The Big Picture

It’s one of the oldest market clichés; “Sell in May and go away, come again St. Leger’s day”, one that is often quoted because it’s works – sometimes.  Will this be one of those times?

Investors still haven’t emotionally recovered from the bruising of the last two summers, to say nothing of the pain inflicted on portfolios during the summer of 2008.  But since 1927, stocks have rallied 57% of the time between May and October.  Five out of the last seven years have produced gains for the summer.  Its just that the 23% decline in the Dow Jones Industrial Average in 2008, the start of the global financial meltdown, the 10% drop in 2010 followed by a 19% Dow drop in 2011 has many investors skittish.  My advice to “those in doubt” is to “get out”.

There have been some exceptions to the “sell in May” rule, most recently the 2009 summer bounce of 15% and a 40% gain for the full year.  2007 saw a modest gain of 4% for the May through September period while 2003 saw a 15.6% pick-up for the same period. 

However, today’s investors point to the recent selling that has followed good news.   We’re a little more than halfway through the first quarter earnings reporting season and of those reporting, 72.8% have been earnings expectations, yet stocks have sold off on the news.  Despite a strong week, the S&P 500 index is still off by 0.4% for April.  Year-to-date the S&P 500 is better by 11.6% and the long-term uptrend from October, 2011 remains intact, but is growing a bit long in the tooth.  The quandary for those wanting to sell is where to stash the cash?    

On the other hand, stocks are reasonably priced and recent tests of support levels were successful.  The S&P 500 bounced off of near-term support at 1391, with even more support all the way down to 1340. With Friday’s close above 1400, the stage is set for a test of overhead resistance at the 52-week high of 1422 and the May, 2008 high of 1440.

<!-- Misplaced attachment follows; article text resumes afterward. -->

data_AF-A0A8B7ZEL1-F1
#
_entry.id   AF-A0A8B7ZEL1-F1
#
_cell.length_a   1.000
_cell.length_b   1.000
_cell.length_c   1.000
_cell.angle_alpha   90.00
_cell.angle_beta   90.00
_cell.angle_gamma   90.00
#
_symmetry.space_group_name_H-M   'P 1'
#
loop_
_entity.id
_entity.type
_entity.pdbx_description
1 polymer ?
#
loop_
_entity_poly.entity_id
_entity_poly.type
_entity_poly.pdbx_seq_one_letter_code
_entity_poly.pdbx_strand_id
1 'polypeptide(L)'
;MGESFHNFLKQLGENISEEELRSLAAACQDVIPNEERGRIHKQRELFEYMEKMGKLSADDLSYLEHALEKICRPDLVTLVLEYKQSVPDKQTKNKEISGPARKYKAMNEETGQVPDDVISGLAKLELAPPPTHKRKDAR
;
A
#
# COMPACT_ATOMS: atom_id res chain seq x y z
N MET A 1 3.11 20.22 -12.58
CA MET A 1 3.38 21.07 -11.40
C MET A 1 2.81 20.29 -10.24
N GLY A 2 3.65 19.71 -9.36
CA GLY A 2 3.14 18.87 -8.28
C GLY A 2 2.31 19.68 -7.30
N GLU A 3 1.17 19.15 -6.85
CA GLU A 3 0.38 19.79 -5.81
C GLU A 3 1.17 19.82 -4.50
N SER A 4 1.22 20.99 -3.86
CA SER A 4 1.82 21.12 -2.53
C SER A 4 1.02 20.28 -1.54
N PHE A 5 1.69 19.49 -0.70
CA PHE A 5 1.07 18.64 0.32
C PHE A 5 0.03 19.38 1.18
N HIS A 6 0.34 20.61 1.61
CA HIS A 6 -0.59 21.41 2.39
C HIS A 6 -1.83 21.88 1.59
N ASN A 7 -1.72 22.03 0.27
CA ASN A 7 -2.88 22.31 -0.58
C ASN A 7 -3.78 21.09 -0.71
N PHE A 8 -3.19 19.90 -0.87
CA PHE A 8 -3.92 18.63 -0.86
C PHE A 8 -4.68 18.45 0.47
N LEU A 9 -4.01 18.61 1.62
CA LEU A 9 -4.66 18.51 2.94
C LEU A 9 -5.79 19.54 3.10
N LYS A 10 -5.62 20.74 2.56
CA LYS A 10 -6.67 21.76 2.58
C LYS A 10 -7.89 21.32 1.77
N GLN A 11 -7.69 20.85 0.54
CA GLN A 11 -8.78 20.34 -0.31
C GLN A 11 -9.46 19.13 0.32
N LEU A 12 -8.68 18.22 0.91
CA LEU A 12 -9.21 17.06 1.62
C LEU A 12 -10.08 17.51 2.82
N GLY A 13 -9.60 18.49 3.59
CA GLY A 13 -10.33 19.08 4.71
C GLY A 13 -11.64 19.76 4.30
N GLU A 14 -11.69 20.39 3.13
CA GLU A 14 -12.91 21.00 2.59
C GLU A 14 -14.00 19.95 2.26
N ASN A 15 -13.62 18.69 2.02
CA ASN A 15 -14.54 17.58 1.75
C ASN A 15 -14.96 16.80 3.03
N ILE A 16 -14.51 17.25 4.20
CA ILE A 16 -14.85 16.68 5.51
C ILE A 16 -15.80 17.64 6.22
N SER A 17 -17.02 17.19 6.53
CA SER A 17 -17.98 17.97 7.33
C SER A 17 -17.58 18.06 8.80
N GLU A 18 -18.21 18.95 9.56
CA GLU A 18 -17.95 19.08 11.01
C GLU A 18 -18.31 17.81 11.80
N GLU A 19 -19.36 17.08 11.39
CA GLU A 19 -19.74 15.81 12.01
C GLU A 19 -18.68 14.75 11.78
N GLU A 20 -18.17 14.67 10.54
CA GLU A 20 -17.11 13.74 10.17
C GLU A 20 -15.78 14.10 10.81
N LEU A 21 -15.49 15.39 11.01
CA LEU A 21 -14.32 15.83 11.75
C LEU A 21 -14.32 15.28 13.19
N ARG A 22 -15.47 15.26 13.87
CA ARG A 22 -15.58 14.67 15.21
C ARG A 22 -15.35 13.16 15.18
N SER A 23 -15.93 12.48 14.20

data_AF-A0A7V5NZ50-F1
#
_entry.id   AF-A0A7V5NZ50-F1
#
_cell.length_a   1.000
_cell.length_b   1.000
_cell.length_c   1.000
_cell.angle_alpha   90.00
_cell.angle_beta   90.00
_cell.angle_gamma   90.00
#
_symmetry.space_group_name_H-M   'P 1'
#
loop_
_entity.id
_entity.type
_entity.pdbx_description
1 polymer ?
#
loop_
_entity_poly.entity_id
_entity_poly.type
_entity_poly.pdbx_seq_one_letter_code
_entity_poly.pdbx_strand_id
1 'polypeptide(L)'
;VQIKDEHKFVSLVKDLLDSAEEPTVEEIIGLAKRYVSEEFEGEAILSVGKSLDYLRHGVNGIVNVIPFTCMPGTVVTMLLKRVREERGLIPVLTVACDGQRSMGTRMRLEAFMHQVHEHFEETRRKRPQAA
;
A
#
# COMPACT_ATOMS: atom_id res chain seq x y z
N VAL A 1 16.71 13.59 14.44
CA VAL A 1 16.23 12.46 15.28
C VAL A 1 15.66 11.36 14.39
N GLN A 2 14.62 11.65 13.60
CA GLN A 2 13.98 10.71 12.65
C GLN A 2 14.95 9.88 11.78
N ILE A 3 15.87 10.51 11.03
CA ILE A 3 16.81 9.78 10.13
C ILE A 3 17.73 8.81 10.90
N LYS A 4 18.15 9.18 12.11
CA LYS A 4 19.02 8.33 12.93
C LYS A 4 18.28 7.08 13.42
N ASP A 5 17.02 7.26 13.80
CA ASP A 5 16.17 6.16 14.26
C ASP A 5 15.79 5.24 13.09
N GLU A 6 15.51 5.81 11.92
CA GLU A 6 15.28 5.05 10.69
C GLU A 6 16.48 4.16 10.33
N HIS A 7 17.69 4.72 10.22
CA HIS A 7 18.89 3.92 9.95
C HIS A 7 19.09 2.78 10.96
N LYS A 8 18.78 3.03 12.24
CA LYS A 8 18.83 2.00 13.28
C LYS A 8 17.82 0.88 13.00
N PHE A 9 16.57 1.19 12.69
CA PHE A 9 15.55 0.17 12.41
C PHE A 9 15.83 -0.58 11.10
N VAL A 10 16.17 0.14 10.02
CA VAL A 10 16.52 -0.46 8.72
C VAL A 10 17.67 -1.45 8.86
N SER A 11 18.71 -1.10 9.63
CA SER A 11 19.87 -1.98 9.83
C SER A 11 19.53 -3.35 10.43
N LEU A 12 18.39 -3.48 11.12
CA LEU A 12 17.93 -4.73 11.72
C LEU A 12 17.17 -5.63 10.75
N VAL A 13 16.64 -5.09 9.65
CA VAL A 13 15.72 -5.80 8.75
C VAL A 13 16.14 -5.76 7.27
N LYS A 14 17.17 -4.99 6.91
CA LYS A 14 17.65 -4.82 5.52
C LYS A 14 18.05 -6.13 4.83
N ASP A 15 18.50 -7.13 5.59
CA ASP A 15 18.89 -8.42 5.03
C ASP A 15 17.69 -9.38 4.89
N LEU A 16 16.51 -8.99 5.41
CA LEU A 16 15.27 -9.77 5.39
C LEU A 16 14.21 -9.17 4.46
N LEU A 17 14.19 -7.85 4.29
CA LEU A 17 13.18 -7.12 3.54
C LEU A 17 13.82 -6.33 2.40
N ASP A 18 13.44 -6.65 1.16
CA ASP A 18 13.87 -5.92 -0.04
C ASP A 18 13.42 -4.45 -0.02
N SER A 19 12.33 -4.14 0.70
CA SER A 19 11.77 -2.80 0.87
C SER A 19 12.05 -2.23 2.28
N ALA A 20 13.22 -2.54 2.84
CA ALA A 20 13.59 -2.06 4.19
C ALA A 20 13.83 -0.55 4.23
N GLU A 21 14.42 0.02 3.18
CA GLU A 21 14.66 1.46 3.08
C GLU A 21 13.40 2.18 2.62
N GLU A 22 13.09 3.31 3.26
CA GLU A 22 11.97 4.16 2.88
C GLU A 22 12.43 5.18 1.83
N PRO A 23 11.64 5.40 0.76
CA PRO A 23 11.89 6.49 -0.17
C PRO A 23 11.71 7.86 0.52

It may be hard to ignore the herd mentality when it comes to selling in May, but it’s even tougher to time the market.  Not only do you have to be right on the entry and exit dates, but you have to take into account your transaction costs.   Those investors who chose to buy and hold the S&P 500 index from the low on March 9, 2009 have doubled their money, as the S&P is up 102% since then. 

I, Investor 

The economic backdrop remains encouraging if not robust.  Last week’s release of first quarter GDP data showed consumers riding to the rescue as government spending and business investment declined. Still, at 2.2%, the rate of growth reflected a pick-up in exports despite slowing global growth. The housing market also contributed strength to GDP for the second consecutive quarter, and suggests finally a bottoming in the beleaguered sector.   

This week, the earnings parade continues with reports from regional banks, energy and pharmaceutical companies , AIG and consumer giants Anheuser Busch, Avon, GM,  and Kraft Foods, Visa and MasterCard, just to name a few. 

The April unemployment report, due out Friday, dominates this week’s economic calendar.  Consensus is for the unemployment rate to hold steady at 8.2% with the economy producing another 160-thousand jobs.    

Data out the following week should confirm already released numbers.  March consumer credit data, tracked by the Federal Reserve, will tell us how much of March consumer spending was on credit cards, while Wednesday, May 9th’s release of wholesale trade figures is a part of business sales and inventory data. 

March international trade statistics and April Treasury budget data on Thursday join weekly jobless claims and export/import prices while Friday sees the release of the April producer price index and preliminary consumer sentiment data from the University of Michigan. 

So, instead of investing by clichés, watch the economy, earnings and Europe, as well as volume and volatility.  Until the market breaks down decisively, the bulls still have the upper hand.

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